One of the social media marketing buzzwords floating around is “return on investment.” (ROI) This is a metric, a measurement, of how “worthwhile” your social media efforts were.
The problem is, when quantifying, you can’t take into consideration the depth of a networking connection–only things like how many times a post was viewed, tweeted, or commented on. It’s hard to reduce human connection down to numbers, but many marketing experts make an art and science of it.
Even the term itself is scientific. I guess since social media takes time, and time is money, it is an investment. But that implies that your followers and their messages to you are some sort of currency, which defeats the whole purpose of SOCIAL media, doesn’t it?
Then came Ted Ruben, who coined the phrase “Return on Relationship.” (ROR) This change in wording brings a whole paradigm shift. It’s not about how many followers you have so much as it is the relationship you build with them.
To increase your ROI, you employ techniques like catchy headlines, tweet blasts, hashtag abuse, and, for some, what borders on spamming followers–because it’s all about the bottom line of “how many people can see my message.” It’s a lot of talking into the empty air of cyberspace.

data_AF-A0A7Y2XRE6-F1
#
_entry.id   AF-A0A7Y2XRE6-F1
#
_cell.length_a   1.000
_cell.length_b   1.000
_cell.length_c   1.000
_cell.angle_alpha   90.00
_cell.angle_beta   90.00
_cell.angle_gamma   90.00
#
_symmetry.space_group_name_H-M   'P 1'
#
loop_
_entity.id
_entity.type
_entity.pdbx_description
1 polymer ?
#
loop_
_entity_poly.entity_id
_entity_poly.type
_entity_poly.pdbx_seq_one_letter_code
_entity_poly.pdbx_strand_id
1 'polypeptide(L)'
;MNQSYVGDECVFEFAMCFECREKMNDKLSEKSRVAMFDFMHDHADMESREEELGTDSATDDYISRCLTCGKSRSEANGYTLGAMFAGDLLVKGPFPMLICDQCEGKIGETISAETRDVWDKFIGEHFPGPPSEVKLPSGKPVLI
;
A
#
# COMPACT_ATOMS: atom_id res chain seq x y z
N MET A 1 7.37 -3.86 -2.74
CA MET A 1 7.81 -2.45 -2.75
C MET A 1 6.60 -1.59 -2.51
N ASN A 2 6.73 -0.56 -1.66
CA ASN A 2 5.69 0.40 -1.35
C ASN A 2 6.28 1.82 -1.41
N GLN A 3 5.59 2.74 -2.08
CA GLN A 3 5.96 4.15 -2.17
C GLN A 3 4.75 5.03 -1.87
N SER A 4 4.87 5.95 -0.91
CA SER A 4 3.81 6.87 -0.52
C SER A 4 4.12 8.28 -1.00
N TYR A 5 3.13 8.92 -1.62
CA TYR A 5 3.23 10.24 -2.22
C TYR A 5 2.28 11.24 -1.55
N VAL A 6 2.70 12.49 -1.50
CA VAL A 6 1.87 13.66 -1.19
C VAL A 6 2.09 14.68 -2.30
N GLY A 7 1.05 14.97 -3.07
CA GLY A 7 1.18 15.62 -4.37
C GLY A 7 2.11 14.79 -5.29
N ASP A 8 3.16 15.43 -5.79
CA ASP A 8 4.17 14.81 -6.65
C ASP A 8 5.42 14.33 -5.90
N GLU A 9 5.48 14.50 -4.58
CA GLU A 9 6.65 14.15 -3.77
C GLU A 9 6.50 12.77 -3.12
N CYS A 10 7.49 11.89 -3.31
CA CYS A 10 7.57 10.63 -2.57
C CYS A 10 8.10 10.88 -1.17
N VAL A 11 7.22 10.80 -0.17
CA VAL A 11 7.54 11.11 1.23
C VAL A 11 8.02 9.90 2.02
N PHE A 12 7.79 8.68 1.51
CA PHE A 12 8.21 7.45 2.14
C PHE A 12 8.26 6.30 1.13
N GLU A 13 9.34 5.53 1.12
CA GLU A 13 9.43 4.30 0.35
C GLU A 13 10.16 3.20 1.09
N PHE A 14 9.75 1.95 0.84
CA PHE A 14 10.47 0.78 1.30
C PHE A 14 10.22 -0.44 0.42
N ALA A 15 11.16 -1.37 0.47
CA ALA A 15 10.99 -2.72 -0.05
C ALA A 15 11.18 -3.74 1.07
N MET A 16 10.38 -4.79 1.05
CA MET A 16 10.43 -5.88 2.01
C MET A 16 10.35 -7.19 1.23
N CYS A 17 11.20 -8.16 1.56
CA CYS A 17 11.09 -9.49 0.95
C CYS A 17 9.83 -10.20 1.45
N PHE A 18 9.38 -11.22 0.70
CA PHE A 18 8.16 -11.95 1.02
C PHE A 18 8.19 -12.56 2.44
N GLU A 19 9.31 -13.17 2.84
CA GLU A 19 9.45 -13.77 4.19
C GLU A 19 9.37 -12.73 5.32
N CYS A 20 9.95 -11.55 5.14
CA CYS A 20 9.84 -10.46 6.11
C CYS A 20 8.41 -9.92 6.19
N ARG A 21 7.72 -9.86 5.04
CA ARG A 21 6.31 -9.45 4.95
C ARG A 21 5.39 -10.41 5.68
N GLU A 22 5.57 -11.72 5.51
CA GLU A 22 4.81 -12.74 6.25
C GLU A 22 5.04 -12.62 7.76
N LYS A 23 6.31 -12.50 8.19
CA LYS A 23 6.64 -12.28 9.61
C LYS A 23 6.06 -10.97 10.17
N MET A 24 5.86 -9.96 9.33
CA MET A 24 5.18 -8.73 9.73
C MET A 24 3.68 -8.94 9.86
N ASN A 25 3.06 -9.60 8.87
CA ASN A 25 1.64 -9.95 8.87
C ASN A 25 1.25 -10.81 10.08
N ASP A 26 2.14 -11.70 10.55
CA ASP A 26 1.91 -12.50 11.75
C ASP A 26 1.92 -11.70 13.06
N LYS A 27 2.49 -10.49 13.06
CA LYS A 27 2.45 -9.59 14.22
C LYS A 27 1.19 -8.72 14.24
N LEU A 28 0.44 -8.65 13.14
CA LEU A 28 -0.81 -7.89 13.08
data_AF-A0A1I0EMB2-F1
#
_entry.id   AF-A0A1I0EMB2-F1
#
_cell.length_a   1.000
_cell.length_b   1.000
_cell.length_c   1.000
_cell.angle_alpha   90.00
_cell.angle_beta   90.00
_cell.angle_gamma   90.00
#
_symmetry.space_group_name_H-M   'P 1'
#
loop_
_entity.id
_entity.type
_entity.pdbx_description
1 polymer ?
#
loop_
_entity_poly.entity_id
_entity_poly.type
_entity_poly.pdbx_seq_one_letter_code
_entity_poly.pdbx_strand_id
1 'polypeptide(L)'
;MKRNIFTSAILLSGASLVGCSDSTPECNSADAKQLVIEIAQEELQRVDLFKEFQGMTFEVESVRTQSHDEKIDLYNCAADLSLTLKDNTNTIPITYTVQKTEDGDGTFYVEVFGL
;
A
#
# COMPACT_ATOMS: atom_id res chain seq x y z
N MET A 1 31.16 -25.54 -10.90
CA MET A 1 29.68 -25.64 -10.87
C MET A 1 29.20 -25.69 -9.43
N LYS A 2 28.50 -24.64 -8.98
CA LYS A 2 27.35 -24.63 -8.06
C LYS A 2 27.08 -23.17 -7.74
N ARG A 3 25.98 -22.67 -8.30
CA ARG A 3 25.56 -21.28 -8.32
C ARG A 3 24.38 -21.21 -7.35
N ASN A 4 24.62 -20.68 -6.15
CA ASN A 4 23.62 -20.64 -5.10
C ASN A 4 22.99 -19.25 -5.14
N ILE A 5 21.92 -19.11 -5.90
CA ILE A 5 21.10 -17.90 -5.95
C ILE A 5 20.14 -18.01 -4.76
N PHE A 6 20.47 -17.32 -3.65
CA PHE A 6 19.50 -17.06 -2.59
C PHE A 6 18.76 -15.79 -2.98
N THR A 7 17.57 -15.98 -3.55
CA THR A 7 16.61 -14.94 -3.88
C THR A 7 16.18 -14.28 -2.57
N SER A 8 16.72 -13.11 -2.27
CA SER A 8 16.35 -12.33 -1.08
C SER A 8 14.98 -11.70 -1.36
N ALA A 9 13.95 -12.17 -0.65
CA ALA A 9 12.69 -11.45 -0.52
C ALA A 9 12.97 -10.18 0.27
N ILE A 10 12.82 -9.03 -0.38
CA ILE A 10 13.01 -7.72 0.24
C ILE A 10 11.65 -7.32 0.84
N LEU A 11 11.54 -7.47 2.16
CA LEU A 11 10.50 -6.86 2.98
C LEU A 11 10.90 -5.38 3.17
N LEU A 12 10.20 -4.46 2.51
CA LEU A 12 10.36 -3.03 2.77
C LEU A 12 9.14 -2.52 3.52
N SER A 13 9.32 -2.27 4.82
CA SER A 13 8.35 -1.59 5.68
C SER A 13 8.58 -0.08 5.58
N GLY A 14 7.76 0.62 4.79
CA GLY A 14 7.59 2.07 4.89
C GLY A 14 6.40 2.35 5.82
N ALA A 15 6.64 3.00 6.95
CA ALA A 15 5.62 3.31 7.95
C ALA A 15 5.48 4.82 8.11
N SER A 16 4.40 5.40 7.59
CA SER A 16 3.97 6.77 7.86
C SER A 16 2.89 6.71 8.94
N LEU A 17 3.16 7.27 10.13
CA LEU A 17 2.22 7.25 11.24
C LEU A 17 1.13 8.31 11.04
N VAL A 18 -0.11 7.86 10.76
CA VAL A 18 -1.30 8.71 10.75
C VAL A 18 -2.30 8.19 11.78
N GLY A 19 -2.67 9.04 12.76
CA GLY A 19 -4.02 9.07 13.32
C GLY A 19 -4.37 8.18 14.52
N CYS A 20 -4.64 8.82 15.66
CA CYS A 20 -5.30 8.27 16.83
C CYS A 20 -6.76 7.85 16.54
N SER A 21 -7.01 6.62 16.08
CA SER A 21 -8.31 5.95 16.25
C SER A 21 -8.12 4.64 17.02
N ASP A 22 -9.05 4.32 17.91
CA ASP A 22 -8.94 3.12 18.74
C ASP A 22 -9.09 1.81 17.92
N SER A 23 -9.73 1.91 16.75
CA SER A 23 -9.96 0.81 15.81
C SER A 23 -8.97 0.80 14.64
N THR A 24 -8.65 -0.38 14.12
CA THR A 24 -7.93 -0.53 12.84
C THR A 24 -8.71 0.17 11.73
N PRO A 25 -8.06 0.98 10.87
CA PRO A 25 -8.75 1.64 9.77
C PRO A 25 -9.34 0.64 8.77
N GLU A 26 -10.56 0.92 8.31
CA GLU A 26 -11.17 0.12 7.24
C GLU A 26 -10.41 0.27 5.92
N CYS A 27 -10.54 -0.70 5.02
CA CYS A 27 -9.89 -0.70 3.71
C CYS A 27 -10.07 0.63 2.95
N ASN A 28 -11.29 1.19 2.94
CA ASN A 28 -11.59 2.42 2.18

ROR focuses on something more important: how many people will READ my message, and, more importantly, how many will ACT on it? To increase your ROR, Ruben suggests that you listen, focus on meeting the needs and desires of your audience, engage with them in the long-term (not just long enough to get a single comment), and, above all, knowing your audience.
Genius, I say. To learn more about ROR and meet some awesome tweeters who are all about it, follow the #RonR hashtag, @tedruben, or read his blog at http://www.tedrubin.com/